“Girl power” has put a name to a social phenomenon, but the slogan was met with mixed reactions. The phrase was a label for the particular facet of post classical neo-feminist empowerment embraced by the band: that a sensual, feminine appearance and equality between the sexes need not be mutually exclusive. This concept was by no means original in the pop world; both Madonna and Bananarama had employed similar outlooks. The phrase, whilst coined by Welsh indie band Helen Love in 1993 and was the title of an album by British pop duo Shampoo in 1995, was in fact attempted to be used by a London UK ‘capella’ all girl group called Mint Juleps in 1987. Who, with the production might of Trevor Horn behind them, released a track called ‘Girl to the Power of 6′. The format of the song, whilst having an obvious ’80’s’ sound, had a similar format to the Spice Girl’s ‘Wannabe’, where each girl presented a distinct personality trait. The phrases ‘Girl to the Power’ and ‘Girl Power’ are mentioned several times, as well as strong overtones of female empowerment, unity and loyalty. However the formula did not work, perhaps being too far ahead of its time. It was not until the emergence of the Spice Girls in 1996 with Wannabe (over 9 years after Mint Juleps), that the concept of ‘Girl power’ exploded onto the common consciousness. The Spice Girls’ version was distinctive. Its message of empowerment appealed to young girls, adolescents and adult women,]and it emphasised the importance of strong and loyal friendship among females.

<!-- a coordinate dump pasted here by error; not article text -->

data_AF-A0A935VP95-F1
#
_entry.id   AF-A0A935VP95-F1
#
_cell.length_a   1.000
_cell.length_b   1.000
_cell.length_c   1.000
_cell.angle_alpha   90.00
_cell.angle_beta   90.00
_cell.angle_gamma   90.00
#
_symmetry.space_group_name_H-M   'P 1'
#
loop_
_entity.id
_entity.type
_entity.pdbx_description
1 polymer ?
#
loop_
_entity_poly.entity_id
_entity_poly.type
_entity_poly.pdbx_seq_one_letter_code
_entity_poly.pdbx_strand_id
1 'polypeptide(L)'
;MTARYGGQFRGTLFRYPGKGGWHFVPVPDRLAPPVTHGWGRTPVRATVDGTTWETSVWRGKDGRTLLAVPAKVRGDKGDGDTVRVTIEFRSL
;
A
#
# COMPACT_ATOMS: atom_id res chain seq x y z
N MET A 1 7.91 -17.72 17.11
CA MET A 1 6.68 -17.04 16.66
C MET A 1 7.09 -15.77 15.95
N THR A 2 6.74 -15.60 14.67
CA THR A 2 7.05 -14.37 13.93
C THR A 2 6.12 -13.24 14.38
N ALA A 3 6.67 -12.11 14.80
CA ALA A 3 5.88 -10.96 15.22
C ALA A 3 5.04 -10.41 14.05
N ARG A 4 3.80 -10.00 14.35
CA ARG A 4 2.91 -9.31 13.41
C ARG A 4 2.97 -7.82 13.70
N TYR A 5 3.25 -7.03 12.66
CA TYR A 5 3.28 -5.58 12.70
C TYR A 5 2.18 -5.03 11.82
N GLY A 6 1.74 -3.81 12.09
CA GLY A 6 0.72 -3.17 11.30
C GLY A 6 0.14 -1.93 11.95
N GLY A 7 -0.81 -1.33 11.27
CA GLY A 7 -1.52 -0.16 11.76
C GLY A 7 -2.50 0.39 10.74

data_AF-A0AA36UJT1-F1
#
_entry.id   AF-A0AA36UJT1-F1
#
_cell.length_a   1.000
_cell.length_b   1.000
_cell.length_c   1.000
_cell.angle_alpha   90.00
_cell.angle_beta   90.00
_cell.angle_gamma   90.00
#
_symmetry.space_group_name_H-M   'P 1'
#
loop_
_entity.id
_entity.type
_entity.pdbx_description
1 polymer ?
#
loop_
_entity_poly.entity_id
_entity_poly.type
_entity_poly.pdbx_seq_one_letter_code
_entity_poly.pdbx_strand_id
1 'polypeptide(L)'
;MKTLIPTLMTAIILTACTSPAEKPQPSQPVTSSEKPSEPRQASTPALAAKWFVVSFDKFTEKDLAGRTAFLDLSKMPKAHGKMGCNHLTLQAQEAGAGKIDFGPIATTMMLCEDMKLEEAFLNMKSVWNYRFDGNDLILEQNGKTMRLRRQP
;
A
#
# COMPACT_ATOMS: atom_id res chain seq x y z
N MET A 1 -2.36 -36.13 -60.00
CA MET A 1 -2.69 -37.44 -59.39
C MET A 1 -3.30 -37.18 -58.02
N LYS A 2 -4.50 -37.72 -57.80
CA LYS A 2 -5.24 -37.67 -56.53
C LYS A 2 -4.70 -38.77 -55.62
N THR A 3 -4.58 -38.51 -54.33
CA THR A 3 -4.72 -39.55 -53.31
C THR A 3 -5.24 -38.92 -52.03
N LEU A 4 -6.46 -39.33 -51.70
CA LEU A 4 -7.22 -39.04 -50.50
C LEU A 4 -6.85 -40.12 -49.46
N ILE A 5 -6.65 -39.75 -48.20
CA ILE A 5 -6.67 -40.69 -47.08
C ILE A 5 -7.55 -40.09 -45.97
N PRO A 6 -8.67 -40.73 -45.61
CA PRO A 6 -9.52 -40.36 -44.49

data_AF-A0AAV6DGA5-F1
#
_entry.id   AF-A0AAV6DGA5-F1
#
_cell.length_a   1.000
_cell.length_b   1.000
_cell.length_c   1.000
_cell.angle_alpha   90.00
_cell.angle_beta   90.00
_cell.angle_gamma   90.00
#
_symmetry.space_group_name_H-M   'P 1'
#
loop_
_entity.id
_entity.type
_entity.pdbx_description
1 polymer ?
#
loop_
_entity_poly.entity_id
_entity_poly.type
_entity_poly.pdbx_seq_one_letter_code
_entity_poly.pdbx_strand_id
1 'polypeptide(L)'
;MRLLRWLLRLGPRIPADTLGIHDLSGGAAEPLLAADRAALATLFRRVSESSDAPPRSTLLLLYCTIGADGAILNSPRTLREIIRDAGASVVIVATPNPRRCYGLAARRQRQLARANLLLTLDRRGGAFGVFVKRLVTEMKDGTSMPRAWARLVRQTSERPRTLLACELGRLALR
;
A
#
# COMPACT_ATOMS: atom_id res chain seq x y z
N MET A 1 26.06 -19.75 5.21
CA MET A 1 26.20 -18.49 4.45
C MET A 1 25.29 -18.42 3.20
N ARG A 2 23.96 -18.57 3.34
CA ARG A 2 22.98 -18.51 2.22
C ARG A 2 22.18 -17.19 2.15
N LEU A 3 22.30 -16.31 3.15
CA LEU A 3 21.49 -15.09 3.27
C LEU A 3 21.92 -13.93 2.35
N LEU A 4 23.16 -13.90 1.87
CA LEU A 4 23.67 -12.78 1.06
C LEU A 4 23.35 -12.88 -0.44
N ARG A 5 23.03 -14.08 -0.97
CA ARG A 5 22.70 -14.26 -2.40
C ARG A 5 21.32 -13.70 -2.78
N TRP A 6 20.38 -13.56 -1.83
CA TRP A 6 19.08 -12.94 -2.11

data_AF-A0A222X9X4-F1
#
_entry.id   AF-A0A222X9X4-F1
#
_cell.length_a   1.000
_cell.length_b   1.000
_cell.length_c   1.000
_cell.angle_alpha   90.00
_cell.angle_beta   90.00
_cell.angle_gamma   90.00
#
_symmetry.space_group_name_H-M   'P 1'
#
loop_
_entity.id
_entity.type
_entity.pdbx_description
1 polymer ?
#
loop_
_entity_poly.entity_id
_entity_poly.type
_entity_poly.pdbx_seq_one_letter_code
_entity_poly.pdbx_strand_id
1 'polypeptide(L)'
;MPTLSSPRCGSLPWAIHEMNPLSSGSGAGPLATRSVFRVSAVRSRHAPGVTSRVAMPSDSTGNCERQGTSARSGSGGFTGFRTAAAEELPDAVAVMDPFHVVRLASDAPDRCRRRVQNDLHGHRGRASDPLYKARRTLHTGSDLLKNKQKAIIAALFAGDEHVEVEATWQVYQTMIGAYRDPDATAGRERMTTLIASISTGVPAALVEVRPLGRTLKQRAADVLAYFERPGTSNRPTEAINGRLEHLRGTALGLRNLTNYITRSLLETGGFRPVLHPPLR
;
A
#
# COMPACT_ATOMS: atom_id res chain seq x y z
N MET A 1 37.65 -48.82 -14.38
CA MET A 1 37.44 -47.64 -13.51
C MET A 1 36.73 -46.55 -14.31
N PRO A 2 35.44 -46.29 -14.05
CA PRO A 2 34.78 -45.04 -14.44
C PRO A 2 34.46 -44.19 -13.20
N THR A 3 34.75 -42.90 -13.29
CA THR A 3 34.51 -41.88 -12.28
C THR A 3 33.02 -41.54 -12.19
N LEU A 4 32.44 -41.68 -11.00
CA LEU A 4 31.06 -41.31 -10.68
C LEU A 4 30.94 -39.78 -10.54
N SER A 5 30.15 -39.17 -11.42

In all, the focused, consistent presentation of “girl power” formed the centrepiece of their appeal as a band. Some critics dismissed it as no more than a shallow marketing tactic, while others took issue with the emphasis on physical appearance, concerned about the potential impact on self-conscious and/or impressionable youngsters. Regardless, the phrase became a cultural phenomenon, adopted as the mantra for millions of girls and even making it into the Oxford English Dictionary. In summation of the concept, author Ryan Dawson said, “The Spice Girls changed British culture enough for Girl Power to now seem completely unremarkable.”
Fashion Trends and Nicknames
As the girls become more popular, their images became as important as their music. In their early days of the band, the girls had a laid back and casual look, and maintained an image of everyday British young females. As their career progressed into a worldwide phenomenon, the girls and their manager Simon Fuller became more aware of the impact their images had. The Spice Girls soon became noticeable just by their clothes and hairstyles, and soon became icons of late 1990s fashion. In a summer 1996 issue of Top of the Pops magazine, editor Peter Loraine gave them nicknames for their images and personalities, and this soon had an impact on their fashion. In contrast to their early career, the girls soon began to differ their images from each other, and each girl had a unique look.